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Ice on a String
You will need: Ice, bowl of water, string, salt, and spoon.
While you still have the ice block from the previous experiment, try this trick on your friends.
Keep the ice floating in the bowl of water and cut a short length of string, some 6 or 7 inches long.
Ask your friend if he can lift the ice from the water with the aid of the string.
When he finally admits himself defeated^ show him how this may be done.
Moisten one end of the piece of string and place it on top of the ice. Sprinkle a spoonful of salt over it, as shown in Fig. 2. The salt will melt the ice around the string, but after a time the ice will freeze over again, this time trapping the end of the string.
By pulling gently on the string you will be able to lift the block of ice clear of the water.
Children learn best through doing
Before children can understand a thing, they need experience: seeing, touching, hearing, tasting, smelling; choosing, arranging, putting things together, taking things apart. Experimenting with real things.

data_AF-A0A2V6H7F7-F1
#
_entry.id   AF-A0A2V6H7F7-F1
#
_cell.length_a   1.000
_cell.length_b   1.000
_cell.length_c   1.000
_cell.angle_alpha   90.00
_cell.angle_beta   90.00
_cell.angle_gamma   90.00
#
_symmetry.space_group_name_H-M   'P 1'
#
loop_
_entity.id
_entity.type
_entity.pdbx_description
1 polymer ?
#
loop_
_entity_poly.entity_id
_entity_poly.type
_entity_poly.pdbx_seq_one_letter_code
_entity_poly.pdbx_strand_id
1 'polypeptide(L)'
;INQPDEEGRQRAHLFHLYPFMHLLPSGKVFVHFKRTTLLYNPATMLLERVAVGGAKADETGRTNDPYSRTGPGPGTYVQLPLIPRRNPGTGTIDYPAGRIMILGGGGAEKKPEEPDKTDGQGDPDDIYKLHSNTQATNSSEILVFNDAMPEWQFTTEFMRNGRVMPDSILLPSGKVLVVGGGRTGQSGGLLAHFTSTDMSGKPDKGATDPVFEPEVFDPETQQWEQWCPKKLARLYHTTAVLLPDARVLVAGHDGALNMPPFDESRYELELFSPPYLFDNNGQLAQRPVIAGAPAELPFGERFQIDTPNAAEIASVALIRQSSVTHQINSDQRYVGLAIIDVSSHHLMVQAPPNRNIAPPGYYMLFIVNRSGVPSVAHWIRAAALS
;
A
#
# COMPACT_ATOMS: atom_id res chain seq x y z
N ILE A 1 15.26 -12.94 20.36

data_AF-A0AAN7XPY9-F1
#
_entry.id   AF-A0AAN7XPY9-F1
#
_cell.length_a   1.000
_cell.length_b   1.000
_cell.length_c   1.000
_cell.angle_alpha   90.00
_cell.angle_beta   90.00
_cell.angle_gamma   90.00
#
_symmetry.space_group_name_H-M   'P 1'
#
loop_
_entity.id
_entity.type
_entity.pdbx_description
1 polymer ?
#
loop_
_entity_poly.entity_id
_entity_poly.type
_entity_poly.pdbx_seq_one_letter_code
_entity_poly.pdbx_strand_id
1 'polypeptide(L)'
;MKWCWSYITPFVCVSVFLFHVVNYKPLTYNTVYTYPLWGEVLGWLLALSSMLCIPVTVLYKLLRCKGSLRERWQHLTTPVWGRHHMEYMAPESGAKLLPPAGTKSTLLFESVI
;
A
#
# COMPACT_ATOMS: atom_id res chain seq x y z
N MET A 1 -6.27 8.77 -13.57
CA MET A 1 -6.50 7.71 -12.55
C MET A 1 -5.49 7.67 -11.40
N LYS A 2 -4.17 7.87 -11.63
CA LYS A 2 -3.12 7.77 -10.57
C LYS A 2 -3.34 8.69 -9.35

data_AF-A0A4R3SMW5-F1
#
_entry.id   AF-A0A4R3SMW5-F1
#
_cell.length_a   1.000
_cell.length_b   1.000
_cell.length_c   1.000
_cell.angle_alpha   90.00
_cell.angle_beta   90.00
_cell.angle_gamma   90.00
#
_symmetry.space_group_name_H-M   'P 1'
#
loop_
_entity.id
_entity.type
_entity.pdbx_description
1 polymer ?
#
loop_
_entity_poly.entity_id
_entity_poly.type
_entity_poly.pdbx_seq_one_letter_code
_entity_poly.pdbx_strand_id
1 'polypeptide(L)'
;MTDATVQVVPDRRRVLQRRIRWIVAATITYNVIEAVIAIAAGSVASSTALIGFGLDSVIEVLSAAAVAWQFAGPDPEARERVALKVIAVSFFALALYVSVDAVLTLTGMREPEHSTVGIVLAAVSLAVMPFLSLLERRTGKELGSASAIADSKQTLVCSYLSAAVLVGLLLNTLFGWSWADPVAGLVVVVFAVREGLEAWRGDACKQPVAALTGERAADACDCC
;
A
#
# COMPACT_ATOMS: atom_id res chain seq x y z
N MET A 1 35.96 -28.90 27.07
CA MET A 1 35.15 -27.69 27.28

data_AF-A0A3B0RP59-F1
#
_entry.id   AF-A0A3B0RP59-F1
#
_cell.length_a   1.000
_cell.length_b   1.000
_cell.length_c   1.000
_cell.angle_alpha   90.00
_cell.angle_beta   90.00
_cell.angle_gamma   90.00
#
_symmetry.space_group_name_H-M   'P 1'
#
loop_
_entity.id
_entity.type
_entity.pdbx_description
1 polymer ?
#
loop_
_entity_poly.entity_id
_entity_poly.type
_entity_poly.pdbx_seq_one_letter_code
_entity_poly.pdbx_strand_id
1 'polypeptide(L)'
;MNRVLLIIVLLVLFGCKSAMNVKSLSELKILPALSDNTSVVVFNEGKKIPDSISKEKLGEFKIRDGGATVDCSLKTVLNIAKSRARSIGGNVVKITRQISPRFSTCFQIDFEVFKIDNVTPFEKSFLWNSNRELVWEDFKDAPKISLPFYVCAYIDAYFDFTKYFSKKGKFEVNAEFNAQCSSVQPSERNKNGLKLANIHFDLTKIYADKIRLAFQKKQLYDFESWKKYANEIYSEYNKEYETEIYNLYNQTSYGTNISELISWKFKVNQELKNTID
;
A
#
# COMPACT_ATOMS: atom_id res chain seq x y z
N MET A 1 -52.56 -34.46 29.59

Old-time school teaching used only words and the teachers thought children knew something if they could repeat it. Now we know better. To reach practical understanding we do not need to use many words with young children.
Children are clever. They learn a lot, without being taught. The greatest skill - to be able to talk, to communicate is learnt outside school. In the classroom it's the children who need to talk the most. Unfortunately it is the teacher who does most of the talking!
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